“What are you going to do with the savings?” That’s a question I’ve always wanted to ask our customers after we complete a solar PV installation for their home or business.
Solar PV systems installed on my home, place of business, and investment properties have generated savings for my family and business. These savings go to a variety of personal and community investments. A 401K, the children’s 529 plan, local Veteran’s charities and events, and most recently, a solar system donation to a high school in Bangladesh.
If you were “solarized”, what would you do with the savings? Average solar system lifetime savings vary from $100,000 to oftentimes more than $300,000. We’ve installed residential projects that are projected to save over half a million dollars during the warranted 25-year/expected 30 year-plus life of the system. Note: Your PGE bill doubles every 10 years, and quadruples every 20 years at the current annual utility escalation rate.
Impact: Solar energy provides financial return for Americans; but it provides life changing social impact for those who have no electricity at all. The Bangladeshi High School students tell of educational, cultural, and economic impact in their “Thank You” letters to us.
We all know the pain points of a recurring electric bill: Zero return on investment. Taking control of the cost of your electric bill by changing electric providers is what installation of a solar energy system achieves. Sometimes there are barriers to this process. As a business owner, it’s important for me to communicate that with our unique approach and lifetime roof warranty there is no threat to the integrity of the customer’s home due to water leakage. With an appropriate amount of time dedicated to design, panel color choice and location, any aesthetic concerns (if there are any) can be allayed. Most importantly: The misconception that “solar is expensive” has to be corrected. With the great variety of financial options available, it’s much more expensive to be buying power from PGE than it is to be providing it TO yourself from your own rooftop. Simply switching electric providers by entering into a “power purchase agreement” (PPA) with a finance company reduces electric bill costs from day one, oftentimes with zero monies down.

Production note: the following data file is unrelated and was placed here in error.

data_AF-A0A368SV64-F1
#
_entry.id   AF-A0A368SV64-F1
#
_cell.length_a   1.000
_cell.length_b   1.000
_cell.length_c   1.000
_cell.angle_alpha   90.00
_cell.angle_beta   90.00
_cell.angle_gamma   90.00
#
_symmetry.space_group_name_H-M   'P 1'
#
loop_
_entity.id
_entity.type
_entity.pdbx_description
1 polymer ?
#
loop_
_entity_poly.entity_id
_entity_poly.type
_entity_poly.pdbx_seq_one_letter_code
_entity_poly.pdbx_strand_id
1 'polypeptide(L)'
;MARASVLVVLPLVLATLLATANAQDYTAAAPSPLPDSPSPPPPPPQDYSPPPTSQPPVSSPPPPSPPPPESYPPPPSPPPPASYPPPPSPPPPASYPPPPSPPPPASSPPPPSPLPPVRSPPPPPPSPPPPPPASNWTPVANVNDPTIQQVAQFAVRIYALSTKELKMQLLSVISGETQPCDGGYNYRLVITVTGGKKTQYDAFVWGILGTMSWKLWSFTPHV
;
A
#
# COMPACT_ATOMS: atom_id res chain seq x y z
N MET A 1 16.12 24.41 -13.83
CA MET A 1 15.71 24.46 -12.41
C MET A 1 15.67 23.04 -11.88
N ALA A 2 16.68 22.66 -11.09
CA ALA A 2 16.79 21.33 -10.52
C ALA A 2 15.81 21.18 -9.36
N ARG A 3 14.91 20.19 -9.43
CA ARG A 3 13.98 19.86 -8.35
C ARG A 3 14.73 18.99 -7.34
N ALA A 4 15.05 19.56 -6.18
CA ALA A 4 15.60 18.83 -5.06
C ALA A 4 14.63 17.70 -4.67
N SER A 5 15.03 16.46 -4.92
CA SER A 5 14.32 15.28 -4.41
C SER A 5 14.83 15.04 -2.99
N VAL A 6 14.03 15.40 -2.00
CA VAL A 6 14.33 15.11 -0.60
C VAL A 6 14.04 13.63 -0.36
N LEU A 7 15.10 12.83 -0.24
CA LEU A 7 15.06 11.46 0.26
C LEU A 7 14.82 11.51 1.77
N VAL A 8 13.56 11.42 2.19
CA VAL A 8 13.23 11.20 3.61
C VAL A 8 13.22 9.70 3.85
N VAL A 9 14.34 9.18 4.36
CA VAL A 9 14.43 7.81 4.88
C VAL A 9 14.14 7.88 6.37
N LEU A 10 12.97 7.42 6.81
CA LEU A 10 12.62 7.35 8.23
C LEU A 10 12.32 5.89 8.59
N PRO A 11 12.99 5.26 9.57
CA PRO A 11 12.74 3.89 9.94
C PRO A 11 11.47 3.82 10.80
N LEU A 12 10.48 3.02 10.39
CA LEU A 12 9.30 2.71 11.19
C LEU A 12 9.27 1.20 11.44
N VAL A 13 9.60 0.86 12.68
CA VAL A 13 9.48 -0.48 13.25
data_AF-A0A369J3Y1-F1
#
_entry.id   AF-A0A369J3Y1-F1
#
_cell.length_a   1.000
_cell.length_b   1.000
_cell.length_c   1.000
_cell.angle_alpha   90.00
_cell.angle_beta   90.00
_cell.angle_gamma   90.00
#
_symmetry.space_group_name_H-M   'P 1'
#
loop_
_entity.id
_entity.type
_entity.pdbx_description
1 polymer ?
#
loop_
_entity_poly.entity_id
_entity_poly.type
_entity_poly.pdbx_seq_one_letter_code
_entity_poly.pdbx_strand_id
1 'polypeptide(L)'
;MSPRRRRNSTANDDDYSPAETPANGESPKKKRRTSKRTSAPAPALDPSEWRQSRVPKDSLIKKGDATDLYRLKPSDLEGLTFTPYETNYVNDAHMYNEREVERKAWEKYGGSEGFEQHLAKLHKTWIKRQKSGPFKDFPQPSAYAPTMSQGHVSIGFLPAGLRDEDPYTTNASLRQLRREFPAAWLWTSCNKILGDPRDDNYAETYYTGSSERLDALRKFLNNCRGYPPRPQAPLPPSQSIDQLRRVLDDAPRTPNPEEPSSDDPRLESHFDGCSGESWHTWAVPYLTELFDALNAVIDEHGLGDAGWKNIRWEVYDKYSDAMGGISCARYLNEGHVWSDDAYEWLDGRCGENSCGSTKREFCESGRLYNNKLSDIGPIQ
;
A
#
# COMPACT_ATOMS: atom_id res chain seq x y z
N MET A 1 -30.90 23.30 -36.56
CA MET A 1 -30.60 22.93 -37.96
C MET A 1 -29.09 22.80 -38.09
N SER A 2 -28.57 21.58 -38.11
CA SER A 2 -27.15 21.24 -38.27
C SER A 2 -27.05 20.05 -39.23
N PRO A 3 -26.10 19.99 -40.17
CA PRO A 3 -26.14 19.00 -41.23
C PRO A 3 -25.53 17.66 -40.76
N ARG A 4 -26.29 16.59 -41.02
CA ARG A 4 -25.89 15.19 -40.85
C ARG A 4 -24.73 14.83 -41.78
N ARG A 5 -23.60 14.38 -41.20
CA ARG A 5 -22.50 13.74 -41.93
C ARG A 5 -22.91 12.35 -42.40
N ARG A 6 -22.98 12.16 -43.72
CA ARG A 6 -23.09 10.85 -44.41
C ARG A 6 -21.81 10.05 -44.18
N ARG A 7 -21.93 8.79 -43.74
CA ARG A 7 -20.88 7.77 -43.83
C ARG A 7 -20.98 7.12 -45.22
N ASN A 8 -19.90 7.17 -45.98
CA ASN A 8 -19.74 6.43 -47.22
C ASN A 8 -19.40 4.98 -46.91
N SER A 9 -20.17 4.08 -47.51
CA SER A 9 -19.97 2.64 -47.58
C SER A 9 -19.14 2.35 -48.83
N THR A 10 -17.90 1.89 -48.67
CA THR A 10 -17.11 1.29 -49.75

One of my favorite quotes: (attributable to the editor’s husband J) “Having solar is like having an ATM on your roof.”
If you’re a resident of Contra Costa County, especially Danville, the amount of available roof space allowed by building code for solar panels is about to get smaller. The Town of Danville (and at some undefined point in the future the rest of CC County we’re told) will, on January 1st, 2014, begin to enforce the State Fire Marshall PV Installation Guidelines. The result of this clear pathway requirement on a residential roof can be a less efficient solar installation, cutting into the savings a solar PV system can provide. Of course fire safety is critical, but less restrictive and more thought out guidelines to accommodate differing roof designs should be considered.
Consumer’s corner: Adapting business practices to achieve lowest cost of installation. The majority of solar installers have been focused on lowest initial installation price; pundits say a business must adapt to this strategy to compete. The solar business is not exempt from seedy players or practices. Perform your due diligence by validating references. Utilize the resources of the Better Business Bureau and Contractor’s State License Board. Set priorities as to how important it is for you to have reliable products installed, by specialty licensed personnel, by a company with experience and longevity. Many people prefer a local contractor; a local responsive contractor typically means greater customer support and satisfaction. Relying on Yelp.com reviews alone is NOT a means of appropriately vetting a contractor. Yelp is notorious for it’s inability to weed out false positive and negative reviews.
I’ve been moved to emulate: Instead of entering into a solar PPA with a third party financier for one of my investment properties, I’ve purchased a solar PV system for the home, thus becoming the financier. I’m selling the power to the tenants at a cost lower than PG&E rates. The tenants save money; I earn money, increase the value of my home, and get the 30% federal tax credit for the system. I’ll also depreciate the solar system as a business asset. It’s a win-win for everyone (except PG&E I suppose).
Mark Becker, President of GoSimpleSolar, by Semper Fidelis Construction Inc.